GREEN BAY – Eddie Lacy has gotten himself in better shape, but apparently he's not done yet.
Lacy has visibly shed a few pounds from his playing weight of last year, but following Tuesday's OTA practice at Ray Nitschke Field, the Packers' running back suggested his conditioning work remains ongoing.
"There's always room for improvement," said Lacy, declining to discuss specific weight goals or numbers of lost pounds. "There's a long time until training camp, too. I just have to keep going."
Lacy was put on notice by Head Coach Mike McCarthy following the 2015 season regarding his conditioning, and he dedicated a chunk of his offseason to a variety of workouts – P90X, basketball, and even boxing.
He's trimmer, but the goal isn't to make him different from the powerful, burly running back he's been his first three years in the NFL. The focus is on being able to do what he's done more often and for longer stretches.
"I'm not going to get skinny like James Starks," he said. "I'm always going to be big, just lighter. A little faster, quicker burst, things like that."
Quarterback Aaron Rodgers said "Eddie looks like Eddie," while McCarthy termed things "so far, so good," and sounded confident his offense will have the two-time 1,100-yard rusher from 2013-14 back this season.
Jordy Nelson's pending return from a season-ending knee injury should play a huge part in the Packers' offense resuming its explosive ways, but a repeat of Lacy's career lows from 2015 (758 yards, 4.1 avg., three TDs) would likely hinder the collective effort.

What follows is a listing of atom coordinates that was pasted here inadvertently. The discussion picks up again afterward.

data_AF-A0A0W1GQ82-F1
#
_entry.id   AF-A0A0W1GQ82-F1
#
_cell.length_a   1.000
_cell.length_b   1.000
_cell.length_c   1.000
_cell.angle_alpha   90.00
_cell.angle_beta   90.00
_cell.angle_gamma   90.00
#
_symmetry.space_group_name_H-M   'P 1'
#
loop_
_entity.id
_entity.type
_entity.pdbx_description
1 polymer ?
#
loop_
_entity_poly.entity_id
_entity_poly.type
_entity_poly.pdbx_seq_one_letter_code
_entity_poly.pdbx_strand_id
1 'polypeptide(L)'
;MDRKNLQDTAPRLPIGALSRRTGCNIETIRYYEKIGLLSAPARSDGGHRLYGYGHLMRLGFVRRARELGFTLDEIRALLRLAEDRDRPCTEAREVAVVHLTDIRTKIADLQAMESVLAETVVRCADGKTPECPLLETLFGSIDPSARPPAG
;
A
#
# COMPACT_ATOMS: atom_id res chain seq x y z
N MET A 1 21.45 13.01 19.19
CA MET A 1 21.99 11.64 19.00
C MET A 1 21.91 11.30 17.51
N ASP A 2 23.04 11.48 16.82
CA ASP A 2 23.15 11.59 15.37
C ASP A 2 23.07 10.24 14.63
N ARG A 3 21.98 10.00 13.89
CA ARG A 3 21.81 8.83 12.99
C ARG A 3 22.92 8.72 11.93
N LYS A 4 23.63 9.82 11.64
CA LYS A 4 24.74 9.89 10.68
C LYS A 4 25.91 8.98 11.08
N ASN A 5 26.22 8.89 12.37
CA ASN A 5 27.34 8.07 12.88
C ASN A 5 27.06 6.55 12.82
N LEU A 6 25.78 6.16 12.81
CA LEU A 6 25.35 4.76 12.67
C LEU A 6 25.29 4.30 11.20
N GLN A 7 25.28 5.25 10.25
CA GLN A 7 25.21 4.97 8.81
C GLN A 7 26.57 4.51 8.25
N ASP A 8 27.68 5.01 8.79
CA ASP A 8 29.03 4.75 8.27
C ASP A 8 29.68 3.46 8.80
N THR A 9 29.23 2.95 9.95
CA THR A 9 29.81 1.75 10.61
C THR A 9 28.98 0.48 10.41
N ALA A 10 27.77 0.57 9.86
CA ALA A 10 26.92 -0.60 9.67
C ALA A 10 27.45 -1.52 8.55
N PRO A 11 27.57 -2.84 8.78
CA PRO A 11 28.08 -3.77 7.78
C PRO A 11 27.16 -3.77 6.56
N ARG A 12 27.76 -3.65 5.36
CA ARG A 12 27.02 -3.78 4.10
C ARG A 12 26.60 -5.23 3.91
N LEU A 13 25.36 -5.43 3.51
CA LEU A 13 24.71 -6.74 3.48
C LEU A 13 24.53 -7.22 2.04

"Eddie will be fine," McCarthy said. "I believe he'll hit the target we're all looking for."
That target isn't being specified publicly, but Lacy's physique will remain under public scrutiny, for better or worse. Lacy called the online chatter about his weight "annoying," but he understands it's part of the deal and all but admitted he needed the "wake-up call" from McCarthy.
"I felt like I handled it well and I held up my end of the bargain," he said. "It's a process. I've got to keep going and keep hoping for the best.
"At the end of the day, we're all grown men. Whether he calls me out, I just have to take care of that responsibility. You don't get mad or flash out or anything like that. You just take it as what it is and make it go away."
The long-term impact this offseason will have on Lacy's career is the part of the story yet to be written. Heading into the final year of his rookie contract, Lacy has all the incentive in the world to return to his old form.
In that respect, he said the wake-up call was "better sooner than later," and the here and now is where his energies are being directed, not a future deal.
"I'm not really too focused on that," Lacy said. "That doesn't matter if I don't do what I have to do."
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